Only Murders in the Building was a surprise triumph last year — a comedy whose lovable, understated wit gained strength as the first season progressed. With fine work by Steve Martin, Martin Short and Selena Gomez at its heart, this came together in a portrait of disaffected and alienated people.
In its second edition, Only Murders no longer has any element of surprise: we know what it can do. But that’s the only thing this show lost. With its rococo details of life in a New York gatehouse overlaid on a careful and meticulous construction, the Hulu crime comedy is as strong as ever in its second installment.
The series follows up on the mystery uncovered in the final moments of season one: the murder of cranky Co-op CEO Bunny (Jayne Houdyshell). As the season progresses we get real insight into Bunny’s life and delve deeper into the backstories of the trio of leads – who all live in the same building, the Arconia, and record a podcast about the violence that seems to erupt there frequently. The gestures toward the aesthetics and concerns of classic New Yorker editions on Only Murders aren’t just pretentious; Individual episodes that explore the psyche and history of our characters have a clear short story air to them.
And this structure, in which character stories are isolated into carefully constructed episodes, is something that Gomez particularly benefits from. As a performer, Gomez has an unconventional charisma that’s elusive: It can feel like she’s depriving the audience of something, like an interpretation of the character she doesn’t want to share. It fits a show whose real point is the isolation of its characters: Gomez’ Mabel Mora is distant even from herself. And this season dedicates to further investigating why, with Gomez doing the best work of her career in a monologue that describes Mabel’s confusion about her own behavior.
Like any good crime novel, Only Murders in the Building deals not just with the “who” – in this case, who killed Bunny – but with the “why”. Gomez’s work is the most dramatic of the three main characters, but Martin and Short as Charles-Haden Savage and Oliver Putnam are also explored. You begin to understand why they are so relentlessly funny.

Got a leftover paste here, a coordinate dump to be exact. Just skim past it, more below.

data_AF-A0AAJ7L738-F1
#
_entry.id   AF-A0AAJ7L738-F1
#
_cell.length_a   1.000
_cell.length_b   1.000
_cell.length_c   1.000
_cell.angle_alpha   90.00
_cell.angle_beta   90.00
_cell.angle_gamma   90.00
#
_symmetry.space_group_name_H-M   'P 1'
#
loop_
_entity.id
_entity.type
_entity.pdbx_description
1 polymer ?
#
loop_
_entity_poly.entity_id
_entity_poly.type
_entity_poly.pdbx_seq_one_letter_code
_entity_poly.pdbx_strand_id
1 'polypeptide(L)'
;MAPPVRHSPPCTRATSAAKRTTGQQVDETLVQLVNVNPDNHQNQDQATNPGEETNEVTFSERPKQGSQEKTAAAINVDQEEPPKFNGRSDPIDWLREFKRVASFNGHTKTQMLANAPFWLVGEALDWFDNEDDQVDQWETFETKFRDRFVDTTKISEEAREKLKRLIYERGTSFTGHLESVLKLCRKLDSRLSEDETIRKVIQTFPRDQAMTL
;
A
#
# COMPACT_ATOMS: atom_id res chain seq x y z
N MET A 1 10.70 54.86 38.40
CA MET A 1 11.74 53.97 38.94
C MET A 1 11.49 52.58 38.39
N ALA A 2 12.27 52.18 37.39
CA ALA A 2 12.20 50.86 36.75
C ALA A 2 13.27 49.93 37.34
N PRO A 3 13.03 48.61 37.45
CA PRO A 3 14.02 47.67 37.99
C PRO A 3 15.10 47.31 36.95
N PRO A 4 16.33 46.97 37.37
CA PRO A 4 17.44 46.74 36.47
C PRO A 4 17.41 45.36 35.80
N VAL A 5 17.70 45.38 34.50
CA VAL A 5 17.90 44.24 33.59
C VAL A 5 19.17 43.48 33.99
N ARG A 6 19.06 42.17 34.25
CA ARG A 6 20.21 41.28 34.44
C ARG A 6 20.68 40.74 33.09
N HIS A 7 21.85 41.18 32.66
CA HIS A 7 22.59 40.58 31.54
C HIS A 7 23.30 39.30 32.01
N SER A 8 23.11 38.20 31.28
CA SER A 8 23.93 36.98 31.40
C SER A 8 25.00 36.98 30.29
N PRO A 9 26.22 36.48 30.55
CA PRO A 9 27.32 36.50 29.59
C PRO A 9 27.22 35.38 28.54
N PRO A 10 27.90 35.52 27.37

And the jokes still work. Charles and Oliver’s shared delusion that they’re the most interesting people in their field of vision inspires both the deliciousness of the pomposity and the satisfaction of finally seeing them pierced by Mabel. (A highlight of the season is Charles and Oliver’s argument over who has a clearer memory of the Iran-Contra affair, which may sound ridiculous but flies away with an escalating series of happily employed 1980s names.) The World Beyond Three Leading man he continues to be richly dressed, with particularly sweet moments this season for Michael Cyril Creighton’s shy neighbor Howard.
The Arconia universe is also growing, and includes a hilarious cameo from Amy Schumer, who plays an oversized version of herself residing in the building, and an expanded role for Tina Fey as true crime podcast pioneer Mabel and her operation doubts. (If the actual podcast element of “Only Murders in the Building” seems to have fallen off a bit, with less commonly seen characters, it’s offset by a show that feels richer and deeper elsewhere.)
Critics weren’t provided with the final two episodes of the season, meaning it would be impossible to judge how well the Only Murders mystery connected. But this is a show that’s on all cylinders – one that skirts the slump in sophomore while balancing tight character work with a lovingly drawn world. The first season, which is coming right now, can certainly garner several important Emmy nominations, this second season is an argument for the staying power of the series.
The first two episodes of Only Murders in the Building will air Tuesday, June 28 on Hulu, with additional episodes coming weekly.
https://variety.com/2022/tv/reviews/only-murders-in-the-building-season-2-review-hulu-1235302592/ ‘Only Murders in the Building’ Season 2 Recap: Hulu’s Mystery Shines